The alien abduction story has worked its way into the lore and stereotypes of Western culture.  Lonely country road, spinning silver disc, anal probes—everybody knows the routine.  Paul Cornell’s wonderfully obtuse “Zeta Reticuli” is the story of one such abduction in 1950s’ America—from the point of view of the aliens.  It’s extremely rare that I laugh out loud reading speculative fiction, but Tricia Sullivan’s “The Ambulance Chaser” had me shaking with mirth.  The story of a spunky old lady inhabited by an alien mind is hilarious, but likewise possesses enough humanity to make one pause.  “Lost to Their Own Devices” by Adrian Tchaikovsky is a story nigh unto impossible to describe without spoiling.  To say the least, it’s about a man living in and exploring an ‘alien world’—the quotation marks for the reader to discover.  Perhaps the most contrived story in the anthology is “In the Beginning” by Gerry Webb.  A violent meshing of plot gears, it is an assassination attempt, turned classroom discussion on the Fermi paradox, turned alien materialism.

Turning the dial up to eleven, “The Trail of the Creator, The Trial of Creation” by the below-the-genre-radar Paul di Filippo is the story of a motley crue of post humans who hunt the god that seeded the universe with their perverse variety.  Add a mad scientist with a barrel of urschleim to the mix, and they’re off.  Returning the anthology to the waters of (semi) realism is George Zebrowski’s thoughtful “Fermi’s Doubts”.  The man himself in fictional form, Zebrowski portrays the physicist as a lonely person who eventually has his question answered.   In following with Zebrowski’s more grounded story is Stephanie Saulter’s “Audiovisionary”, which is the story of a man who hears voices in his head, and what becomes of them.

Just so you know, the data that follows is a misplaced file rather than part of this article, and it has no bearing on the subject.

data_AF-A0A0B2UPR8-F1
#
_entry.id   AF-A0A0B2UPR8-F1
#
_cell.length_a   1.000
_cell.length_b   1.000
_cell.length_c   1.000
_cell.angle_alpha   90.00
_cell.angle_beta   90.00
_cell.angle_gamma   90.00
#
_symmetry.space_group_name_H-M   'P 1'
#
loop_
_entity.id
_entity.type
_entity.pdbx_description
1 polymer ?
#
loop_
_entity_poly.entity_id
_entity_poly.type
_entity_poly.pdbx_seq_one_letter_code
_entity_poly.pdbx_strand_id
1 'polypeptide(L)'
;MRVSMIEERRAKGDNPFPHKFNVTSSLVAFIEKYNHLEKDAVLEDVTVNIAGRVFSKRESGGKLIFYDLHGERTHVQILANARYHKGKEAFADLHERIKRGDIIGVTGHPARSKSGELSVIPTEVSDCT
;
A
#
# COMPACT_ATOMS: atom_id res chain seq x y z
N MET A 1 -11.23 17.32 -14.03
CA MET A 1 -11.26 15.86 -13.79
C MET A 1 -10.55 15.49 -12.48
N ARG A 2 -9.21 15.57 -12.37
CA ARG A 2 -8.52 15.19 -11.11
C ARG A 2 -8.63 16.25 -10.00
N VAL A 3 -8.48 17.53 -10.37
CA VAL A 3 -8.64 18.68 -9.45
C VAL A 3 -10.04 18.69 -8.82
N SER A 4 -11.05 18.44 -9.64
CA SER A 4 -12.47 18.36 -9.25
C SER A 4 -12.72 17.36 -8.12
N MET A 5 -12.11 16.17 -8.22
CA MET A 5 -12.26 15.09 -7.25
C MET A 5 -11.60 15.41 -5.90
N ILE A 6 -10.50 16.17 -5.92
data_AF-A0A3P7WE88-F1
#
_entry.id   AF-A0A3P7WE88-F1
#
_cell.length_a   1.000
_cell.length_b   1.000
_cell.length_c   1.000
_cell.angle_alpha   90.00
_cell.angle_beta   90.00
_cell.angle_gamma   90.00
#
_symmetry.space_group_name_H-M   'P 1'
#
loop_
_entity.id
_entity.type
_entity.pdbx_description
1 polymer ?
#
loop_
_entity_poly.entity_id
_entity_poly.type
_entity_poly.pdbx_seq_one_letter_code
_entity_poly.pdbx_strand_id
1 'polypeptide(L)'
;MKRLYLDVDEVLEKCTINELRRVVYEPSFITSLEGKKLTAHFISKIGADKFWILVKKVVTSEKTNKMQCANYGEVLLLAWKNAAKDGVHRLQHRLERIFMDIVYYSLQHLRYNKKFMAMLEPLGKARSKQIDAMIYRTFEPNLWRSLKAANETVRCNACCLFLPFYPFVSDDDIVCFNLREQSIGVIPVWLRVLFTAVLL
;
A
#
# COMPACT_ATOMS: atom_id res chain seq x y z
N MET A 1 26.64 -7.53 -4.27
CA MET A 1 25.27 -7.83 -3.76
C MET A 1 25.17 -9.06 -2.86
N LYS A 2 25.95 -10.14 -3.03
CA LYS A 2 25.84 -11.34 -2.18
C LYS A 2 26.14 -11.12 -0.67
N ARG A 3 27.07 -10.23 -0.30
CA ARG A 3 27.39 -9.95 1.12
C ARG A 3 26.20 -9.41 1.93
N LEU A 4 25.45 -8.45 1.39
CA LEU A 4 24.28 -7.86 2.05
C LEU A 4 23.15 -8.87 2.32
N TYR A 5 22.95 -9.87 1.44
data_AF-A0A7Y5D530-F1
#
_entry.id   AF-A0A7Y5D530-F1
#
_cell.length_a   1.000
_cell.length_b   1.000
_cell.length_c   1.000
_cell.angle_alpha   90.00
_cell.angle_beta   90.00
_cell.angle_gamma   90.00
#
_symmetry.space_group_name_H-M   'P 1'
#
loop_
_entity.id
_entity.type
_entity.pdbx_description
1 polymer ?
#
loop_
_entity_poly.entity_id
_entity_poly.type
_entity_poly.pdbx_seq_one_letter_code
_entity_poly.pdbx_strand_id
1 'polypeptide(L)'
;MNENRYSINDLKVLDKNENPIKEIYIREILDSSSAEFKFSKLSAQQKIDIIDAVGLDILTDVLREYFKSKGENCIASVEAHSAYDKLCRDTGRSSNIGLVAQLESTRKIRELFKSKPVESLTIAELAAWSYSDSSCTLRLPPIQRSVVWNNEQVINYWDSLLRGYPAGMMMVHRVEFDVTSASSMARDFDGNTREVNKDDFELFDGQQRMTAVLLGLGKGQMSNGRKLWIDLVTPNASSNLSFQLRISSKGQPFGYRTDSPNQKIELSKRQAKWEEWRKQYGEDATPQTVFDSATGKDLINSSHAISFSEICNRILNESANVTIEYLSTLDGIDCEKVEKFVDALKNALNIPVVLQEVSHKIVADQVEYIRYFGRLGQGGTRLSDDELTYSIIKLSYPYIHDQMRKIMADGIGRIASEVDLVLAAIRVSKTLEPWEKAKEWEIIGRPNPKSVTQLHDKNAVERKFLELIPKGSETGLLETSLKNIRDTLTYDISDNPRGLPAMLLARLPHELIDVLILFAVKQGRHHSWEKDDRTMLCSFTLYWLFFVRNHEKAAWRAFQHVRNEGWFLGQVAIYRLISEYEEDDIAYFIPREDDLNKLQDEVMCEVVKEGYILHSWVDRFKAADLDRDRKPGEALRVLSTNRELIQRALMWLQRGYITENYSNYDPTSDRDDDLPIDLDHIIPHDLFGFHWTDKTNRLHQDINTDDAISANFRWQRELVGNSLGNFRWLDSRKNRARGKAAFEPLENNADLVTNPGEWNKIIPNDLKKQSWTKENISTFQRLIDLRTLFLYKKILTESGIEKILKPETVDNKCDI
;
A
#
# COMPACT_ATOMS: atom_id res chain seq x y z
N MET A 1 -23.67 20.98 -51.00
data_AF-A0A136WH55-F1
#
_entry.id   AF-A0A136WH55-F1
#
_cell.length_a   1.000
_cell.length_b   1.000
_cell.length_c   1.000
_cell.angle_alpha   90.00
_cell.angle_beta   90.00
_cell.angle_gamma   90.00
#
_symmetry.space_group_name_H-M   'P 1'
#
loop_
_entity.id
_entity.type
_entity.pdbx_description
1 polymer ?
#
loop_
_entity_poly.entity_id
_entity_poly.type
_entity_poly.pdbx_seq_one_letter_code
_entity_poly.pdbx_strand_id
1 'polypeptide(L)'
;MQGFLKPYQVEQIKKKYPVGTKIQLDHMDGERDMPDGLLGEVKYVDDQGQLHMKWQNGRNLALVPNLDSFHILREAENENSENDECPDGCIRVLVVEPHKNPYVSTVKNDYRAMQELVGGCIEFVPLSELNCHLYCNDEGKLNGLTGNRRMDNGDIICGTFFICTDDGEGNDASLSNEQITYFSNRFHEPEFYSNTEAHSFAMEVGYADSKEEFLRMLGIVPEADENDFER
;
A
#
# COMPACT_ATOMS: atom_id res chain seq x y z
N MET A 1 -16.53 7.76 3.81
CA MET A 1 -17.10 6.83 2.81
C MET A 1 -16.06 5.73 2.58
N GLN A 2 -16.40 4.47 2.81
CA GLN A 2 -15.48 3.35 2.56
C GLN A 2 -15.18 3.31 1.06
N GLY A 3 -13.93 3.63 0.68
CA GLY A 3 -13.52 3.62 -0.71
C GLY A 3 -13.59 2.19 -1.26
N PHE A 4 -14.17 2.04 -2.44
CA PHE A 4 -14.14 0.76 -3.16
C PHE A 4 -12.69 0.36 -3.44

There are some storylines in science fiction that are classic, and “The End of the World” by Keith Brooke & Eric Brown is one that opens on a very familiar note: all humans have been destroyed after a surprise attack by aliens, but one man has been kept alive, in this case by AI technology, to wreck vengeance.  The actual story slowly evolving into something (slightly) more, it is nicely structured, and a result, is unveils itself in engaging fashion.  “Aether” by Robert Reed feels like half-hearted Reed given his recent spate of high quality shorts.  About a cosmologist driving his son in a car, reflecting on the meaning of dark matter, the end is rather needless.  But that it’s written in Reed’s sleek, cut-to-the-point prose makes it more than it is.  With the anthology opening on the discovery of aliens, it closes on a story in which humanity comes to terms with alien co-existence—and vice versa.  “Atonement, Under the Blue-White Sun” is the straight-forward story about a human who once experienced extreme drama at the hands of an alien race.  Later needing to work alongside the race to establish a new planetary colony, the relationship is strained even further.  Somewhat reminiscent of Barry Longyear’s classic Enemy Mine, it is an appropriate note on which to close the anthology.